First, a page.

Congress Must Censure President Obama over Hiroshima Speech
Joel B. Pollack | May 27, 2016
President Barack Obama told the world on Friday in Hiroshima that the American decision to drop nuclear bombs on Japan in 1945 arose from humanity’s worst instincts, including “nationalist fervor or religious zeal.”
The speech — delivered on the eve of Memorial Day weekend — was billed by the White House as anything but an apology, but Obama’s words betrayed his true sentiments.
Obama, a native of Honolulu who grew up near Pearl Harbor, said nothing about the fact that Japan started the war; nothing about the fact that the Japanese were responsible for the slaughter of millions of civilians throughout Asia and the Pacific; nothing about the fact that the Japanese refused to surrender after hundreds of thousands had already been killed in conventional bombing.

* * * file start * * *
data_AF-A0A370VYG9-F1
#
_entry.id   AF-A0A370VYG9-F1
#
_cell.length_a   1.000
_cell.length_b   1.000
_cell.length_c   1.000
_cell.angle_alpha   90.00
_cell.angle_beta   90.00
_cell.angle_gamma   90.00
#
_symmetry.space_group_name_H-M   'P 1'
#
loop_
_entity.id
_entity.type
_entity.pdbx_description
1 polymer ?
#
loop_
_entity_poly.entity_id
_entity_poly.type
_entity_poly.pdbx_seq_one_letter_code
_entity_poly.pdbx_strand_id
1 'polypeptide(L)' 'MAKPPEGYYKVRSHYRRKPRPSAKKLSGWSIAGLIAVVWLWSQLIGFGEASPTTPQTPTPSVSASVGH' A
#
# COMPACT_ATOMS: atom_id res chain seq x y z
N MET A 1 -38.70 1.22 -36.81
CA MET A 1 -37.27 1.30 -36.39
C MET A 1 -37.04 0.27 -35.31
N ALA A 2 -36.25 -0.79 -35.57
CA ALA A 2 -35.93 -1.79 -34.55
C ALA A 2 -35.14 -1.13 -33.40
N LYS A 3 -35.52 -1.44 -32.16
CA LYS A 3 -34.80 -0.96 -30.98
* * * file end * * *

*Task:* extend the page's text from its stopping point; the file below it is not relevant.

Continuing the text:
He described the moral dilemmas of nuclear warfare as if no president, and no American, had considered them before. But he left out the moral case for ending the war, and the hundreds of thousands of deaths avoided because of Hiroshima.
The contrast to President Harry S. Truman could not have been clearer.
Reflecting on the decision to bomb Japan years later, Truman declared: “That bomb caused the Japanese to surrender, and it stopped the war. I don’t care what the crybabies say now, because they didn’t have to make the decision.”
As he has done before, Obama cast a moral equivalence between different civilizations, implying that Americans were just as bad as the Imperial Japanese, or anyone else.
It is the inescapable duty of the Congress of the United States today to censure President Barack Obama for casting doubt on the sacrifices and motivations of the Americans who fought the Second World War — on the eve of Memorial Day, no less.
Read the full commentary on Breitbart